I watched the two-hundred and ninth episode of a vlog called Beach Walks With Rox. It was entitled "What if Everybody Did What They Loved?" From a feminist standpoint, the video was constructive and positive. The entire vlog was an interview with this woman who had switched careers when she was 53. She quit her desk job and learned to make things out of wood. The vlog included her personal story, her recommendations for other women trying to either switch careers or learn to work with wood, shots of some of her finished products, and two tips for solving common problems that one might run into when working with wood. I find this vlog to be constructive from a feminist standpoint because it tells the story of a woman who learned a skill and then began to enjoy her life significantly more. I think learning skills is part of the solution to the problem of low self esteem that plagues so many women. The two women in the vlog did not represent an unrealistic standard of beauty. Unfortunately, this vlog is really only accessible to middle to upper class women. In order to watch this vlog you must be wealthy enough to access high speed internet and take the time out of your day to watch Beach Walks with Rox. A class boundary is also present in Beach Walks With Rox in the way that It tells the story of a woman who was able to achieve happiness through something as simple as switching careers. The vlog did not mention a way for women to fulfill their dreams if they are not financially capable of quitting their jobs, buying woodworking tools, learning to woodwork, and making products. But all of the classes need feminist friendly media, so I still think its good that this is out there. It's just nice when you can be a feminist and fight the class war at the same time.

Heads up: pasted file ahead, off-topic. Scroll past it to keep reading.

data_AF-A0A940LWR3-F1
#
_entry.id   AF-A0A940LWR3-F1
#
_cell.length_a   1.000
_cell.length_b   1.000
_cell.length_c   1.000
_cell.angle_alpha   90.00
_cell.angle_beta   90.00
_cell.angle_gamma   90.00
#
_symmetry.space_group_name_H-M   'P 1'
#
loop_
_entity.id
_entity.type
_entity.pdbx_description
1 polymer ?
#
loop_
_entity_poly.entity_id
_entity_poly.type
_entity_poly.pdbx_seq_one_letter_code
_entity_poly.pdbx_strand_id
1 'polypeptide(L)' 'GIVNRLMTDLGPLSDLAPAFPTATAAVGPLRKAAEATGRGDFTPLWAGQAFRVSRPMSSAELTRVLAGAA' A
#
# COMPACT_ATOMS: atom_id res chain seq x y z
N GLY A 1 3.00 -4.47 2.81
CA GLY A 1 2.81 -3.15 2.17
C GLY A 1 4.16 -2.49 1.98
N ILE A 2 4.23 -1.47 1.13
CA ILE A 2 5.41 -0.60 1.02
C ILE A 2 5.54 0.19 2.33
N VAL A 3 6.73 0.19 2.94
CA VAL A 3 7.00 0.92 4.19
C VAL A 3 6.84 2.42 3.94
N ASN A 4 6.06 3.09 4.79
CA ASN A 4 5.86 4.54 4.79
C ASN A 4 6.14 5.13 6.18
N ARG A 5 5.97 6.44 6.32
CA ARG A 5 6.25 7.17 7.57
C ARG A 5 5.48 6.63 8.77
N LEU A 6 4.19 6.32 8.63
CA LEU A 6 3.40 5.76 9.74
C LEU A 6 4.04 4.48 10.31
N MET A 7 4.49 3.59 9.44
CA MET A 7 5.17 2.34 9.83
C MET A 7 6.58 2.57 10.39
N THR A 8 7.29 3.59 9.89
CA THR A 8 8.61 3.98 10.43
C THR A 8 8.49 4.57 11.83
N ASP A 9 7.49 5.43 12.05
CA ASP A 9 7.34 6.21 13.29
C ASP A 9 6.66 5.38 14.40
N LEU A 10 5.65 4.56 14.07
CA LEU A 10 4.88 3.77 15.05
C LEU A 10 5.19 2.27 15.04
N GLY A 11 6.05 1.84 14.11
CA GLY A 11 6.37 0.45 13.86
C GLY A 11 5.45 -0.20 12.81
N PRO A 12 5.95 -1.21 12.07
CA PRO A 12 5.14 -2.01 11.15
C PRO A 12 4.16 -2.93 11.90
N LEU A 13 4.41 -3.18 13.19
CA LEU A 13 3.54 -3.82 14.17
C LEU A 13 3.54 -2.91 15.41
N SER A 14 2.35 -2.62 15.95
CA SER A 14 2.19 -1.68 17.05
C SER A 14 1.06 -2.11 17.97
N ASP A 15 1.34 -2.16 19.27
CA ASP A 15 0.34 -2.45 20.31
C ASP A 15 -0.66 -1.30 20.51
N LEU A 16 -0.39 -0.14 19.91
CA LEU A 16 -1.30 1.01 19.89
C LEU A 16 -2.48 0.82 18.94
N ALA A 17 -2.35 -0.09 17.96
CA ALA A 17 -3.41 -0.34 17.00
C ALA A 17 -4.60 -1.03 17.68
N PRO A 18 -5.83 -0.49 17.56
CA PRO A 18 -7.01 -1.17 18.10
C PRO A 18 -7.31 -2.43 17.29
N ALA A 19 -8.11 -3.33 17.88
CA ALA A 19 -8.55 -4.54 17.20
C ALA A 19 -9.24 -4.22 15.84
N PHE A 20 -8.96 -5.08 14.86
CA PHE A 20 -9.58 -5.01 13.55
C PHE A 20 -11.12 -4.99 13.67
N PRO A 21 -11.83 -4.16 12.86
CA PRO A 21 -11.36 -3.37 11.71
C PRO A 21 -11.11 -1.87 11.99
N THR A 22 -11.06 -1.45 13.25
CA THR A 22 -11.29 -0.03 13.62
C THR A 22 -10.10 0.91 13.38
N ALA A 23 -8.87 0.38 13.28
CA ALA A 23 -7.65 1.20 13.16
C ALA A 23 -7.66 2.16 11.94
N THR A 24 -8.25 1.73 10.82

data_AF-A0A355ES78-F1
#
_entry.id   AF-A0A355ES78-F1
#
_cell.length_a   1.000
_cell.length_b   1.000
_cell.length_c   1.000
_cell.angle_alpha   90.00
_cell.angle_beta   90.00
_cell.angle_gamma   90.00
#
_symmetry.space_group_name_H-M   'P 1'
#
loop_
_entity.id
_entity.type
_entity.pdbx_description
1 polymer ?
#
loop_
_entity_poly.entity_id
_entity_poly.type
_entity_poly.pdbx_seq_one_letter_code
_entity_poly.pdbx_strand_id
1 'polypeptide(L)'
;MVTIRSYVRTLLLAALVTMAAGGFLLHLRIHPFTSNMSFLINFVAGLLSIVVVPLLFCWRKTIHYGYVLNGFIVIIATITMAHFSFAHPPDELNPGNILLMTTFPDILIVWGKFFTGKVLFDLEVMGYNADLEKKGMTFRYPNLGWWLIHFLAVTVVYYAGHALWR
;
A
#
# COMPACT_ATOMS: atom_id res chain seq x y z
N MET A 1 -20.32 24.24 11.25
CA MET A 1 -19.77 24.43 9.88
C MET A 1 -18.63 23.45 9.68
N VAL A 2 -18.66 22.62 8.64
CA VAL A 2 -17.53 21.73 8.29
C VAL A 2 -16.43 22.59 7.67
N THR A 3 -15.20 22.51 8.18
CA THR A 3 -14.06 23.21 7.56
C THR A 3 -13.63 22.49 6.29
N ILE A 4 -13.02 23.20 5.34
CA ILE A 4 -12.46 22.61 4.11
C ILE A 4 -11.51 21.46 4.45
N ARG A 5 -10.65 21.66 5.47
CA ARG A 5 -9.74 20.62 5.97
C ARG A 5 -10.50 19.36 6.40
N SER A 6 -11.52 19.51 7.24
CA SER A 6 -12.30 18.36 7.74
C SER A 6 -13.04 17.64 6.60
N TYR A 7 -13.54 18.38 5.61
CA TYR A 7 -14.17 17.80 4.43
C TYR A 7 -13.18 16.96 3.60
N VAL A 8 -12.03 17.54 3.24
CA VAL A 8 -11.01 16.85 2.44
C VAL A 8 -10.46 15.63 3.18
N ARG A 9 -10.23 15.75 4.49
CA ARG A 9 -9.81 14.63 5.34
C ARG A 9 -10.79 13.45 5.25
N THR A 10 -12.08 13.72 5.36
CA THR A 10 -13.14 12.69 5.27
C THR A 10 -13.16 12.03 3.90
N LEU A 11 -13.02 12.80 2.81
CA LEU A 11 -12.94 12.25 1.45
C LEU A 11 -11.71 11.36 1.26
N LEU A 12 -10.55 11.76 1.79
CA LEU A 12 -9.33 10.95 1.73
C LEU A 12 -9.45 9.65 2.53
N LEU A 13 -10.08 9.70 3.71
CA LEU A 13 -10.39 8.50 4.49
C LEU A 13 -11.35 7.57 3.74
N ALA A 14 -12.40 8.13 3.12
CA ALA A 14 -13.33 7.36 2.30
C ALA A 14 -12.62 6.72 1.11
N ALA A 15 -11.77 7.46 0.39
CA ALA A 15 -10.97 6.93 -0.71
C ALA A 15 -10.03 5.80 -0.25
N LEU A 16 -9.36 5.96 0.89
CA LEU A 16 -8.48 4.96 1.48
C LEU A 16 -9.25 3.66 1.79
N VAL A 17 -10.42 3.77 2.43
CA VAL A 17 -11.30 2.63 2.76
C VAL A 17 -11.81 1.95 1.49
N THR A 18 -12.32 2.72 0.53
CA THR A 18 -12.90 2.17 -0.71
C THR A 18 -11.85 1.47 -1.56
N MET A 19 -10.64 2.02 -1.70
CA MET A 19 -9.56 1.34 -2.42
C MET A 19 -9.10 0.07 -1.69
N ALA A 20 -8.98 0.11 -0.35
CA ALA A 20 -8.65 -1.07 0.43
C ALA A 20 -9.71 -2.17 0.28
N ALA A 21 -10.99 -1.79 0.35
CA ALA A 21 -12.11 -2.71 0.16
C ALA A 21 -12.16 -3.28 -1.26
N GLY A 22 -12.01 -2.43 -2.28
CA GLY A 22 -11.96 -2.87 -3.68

Unfortunately, this vlog is not nearly as good at being a film as it is at being pro-feminist. It is made with handheld camera and microphone and some simple editing equipment. This alone does not make for a poor quality piece of film. However, the vlog was almost entirely the same two-shot, except for cuts to go to montages of the woodworkers' handiwork and tools. The creator of the vlog did not make use of continuity editing, and a few of the cuts were very jumpy and jarring. Combined with the lethargic pace of the interview, these elements created a slow film that is hard to focus on in its entirety. But then again, I don't work with wood or take beach walks, so maybe I'm just the wrong audience for this vlog.